I’ve been keeping up with Transformation Church’s Crazy Faith series. Have you? Check it out. It’s amazing.
Anyway, in one of the sermons (I think the first one), Pastor Todd touched on how the idea of right and wrong is baby faith. It’s the beginning steps of being a believer and how we shouldn’t still be focused on trivial things that are small in the eyes of God. And that’s where I want to spend some time.
I felt compelled to write an essay in defense of the church. Y’all know I like church but then I asked myself, “What am I defending?” I knew why I wanted to. Based on the current news cycle, church folks have been getting dragged and rightfully so. Don’t get me started on Fantasia and her husband (comment below to get me started), Erica’s interview on the Breakfast Club and forgiveness. The church be(en) tripping and millennials hate it for the most part. And I completely understand why they do. Church hurt is a real thing and people within the church are not the most welcoming folks. Can we really blame folks for running the other way?
Which goes back to the baby faith. I believe churches push those messages so often and that’s why we miss out on the best parts of God. Too often we hear messages condemning sin and telling us how to lead acceptable and holy lives that will please God but what pleases God is our faith. No one’s teaching how to grow your faith, how to trust and believe God and how to evolve your beliefs.
The messages that run millennials away are the ones that ostracize us and make us feel as though we have to fit inside a box. That the only way we are worthy is if we do exactly what the church says or even what the Bible says.
Because I’ve heard those messages so often, I believe it’s limited my faith. Right and wrong isn’t always straight forward. That gray area exists and will keep you stuck if you have baby faith. God knows that we’re all doing our best and that’s enough for Him. He knows our heart and that we are trying. Why aren’t the sermons about that?
So, to everyone who has given up on church, I’m not here to convince you to do anything besides your best. By no means am I suggesting ignore the doctrine but I am suggesting that you evolve beyond that. I’m telling you that there’s more to God than wondering if you’re doing the right thing or not because you’re only doing your best and that’s all God wants. I’ve adopted the idea that if I’m not bringing hurt or harm to anyone then I’m going for it. Waiting in that gray area slows us down and keeps us from simply choosing.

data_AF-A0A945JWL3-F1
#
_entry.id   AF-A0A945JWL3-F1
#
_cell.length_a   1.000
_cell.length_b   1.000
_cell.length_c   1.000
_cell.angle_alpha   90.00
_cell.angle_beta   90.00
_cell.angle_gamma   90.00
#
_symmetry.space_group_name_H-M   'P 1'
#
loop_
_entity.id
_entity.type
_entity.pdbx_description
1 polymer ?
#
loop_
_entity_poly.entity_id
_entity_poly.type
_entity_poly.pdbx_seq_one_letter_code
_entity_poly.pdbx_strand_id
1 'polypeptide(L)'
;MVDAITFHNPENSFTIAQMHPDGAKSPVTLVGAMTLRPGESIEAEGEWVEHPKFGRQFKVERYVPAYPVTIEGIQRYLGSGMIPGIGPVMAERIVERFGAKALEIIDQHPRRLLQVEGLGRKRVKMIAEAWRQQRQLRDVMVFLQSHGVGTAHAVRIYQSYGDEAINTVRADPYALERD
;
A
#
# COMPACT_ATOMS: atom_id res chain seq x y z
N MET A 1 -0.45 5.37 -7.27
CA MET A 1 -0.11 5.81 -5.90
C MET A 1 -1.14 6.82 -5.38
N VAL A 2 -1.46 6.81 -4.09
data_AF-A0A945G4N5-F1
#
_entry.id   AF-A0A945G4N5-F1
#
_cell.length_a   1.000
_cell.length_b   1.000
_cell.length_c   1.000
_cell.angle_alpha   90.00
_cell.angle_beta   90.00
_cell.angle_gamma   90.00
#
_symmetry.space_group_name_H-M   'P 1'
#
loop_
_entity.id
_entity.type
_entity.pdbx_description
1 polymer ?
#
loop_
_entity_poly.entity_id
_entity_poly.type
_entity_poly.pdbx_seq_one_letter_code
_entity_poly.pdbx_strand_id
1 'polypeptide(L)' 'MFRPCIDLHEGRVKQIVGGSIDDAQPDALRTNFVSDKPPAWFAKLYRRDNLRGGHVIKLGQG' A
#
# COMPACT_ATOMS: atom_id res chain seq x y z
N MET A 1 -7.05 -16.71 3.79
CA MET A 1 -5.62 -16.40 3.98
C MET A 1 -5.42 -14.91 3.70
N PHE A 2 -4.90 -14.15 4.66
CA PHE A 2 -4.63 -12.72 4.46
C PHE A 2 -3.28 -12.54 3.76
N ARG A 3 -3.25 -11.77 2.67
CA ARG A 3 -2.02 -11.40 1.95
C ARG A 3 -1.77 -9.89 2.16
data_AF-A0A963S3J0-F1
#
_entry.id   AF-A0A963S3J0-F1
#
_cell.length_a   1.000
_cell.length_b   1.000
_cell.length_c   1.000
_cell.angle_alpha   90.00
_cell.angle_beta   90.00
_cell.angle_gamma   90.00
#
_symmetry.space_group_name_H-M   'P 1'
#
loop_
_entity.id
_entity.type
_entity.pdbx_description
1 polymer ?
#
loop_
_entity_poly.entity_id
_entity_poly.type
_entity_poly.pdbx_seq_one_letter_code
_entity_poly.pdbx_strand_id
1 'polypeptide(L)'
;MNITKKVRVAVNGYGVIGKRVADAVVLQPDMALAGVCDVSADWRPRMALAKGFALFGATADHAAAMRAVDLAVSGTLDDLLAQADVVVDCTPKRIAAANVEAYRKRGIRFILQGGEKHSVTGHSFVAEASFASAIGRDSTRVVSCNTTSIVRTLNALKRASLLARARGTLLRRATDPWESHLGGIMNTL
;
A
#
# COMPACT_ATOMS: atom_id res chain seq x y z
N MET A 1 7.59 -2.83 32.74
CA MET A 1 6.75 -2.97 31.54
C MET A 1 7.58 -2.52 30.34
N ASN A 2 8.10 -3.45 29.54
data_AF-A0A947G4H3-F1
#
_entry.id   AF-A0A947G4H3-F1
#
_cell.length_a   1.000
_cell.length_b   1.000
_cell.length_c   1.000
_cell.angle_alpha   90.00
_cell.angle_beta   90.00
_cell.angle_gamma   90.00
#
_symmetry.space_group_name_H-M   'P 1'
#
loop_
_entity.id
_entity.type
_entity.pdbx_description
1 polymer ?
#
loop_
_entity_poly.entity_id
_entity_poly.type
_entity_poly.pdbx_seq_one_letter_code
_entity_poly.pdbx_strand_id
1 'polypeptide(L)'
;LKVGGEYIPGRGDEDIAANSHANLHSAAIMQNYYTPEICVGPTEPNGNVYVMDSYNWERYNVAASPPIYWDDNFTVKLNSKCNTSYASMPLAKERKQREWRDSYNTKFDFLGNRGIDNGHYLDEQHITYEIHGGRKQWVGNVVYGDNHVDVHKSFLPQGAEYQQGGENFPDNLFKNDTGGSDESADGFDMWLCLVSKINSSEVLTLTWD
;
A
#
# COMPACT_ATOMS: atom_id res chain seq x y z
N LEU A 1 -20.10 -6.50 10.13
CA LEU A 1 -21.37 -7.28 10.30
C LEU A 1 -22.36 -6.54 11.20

I read an Instagram post years ago that said something along the lines of: We toggle between decisions as if we will be punished for one or the other. Should I take this job? Should I do this? Or do that? Just do it. As long as your heart is in the right place, you’re on the right path and making the right choices. I challenge you to see God beyond the entity sitting in the sky judging every little thing you do. Remember Jesus and live your life.
And I know theologians, pastors and church folks will reject this but this isn’t for them. It’s for the folks who haven’t gotten to know God because of them. I’ve come to know and love a God who loves me and blesses me in spite of the fact that I don’t pray or read my Bible often and cuss too much and raise a little hell every now and again. A God that loves me in spite of the fact that I fall short daily. Hourly. Minute-ly. (Is that a thing?) His transformational love, everlasting grace, relentless mercy that literally chases me down and pulls me back in. Isn’t that a God you would want to know? That’s the God I want everyone to know and experience.
As always, take what you need and leave the rest.
Great read Kaylia. This is actually a topic of convo for our church right now because millennials come and go and never actually join. I think a lot of it has to do with the messages preached and making us feel ostracized as you said.
Thanks for reading! The ostracism plays a huge role in it. No one wants to be anywhere they don’t feel like they belong.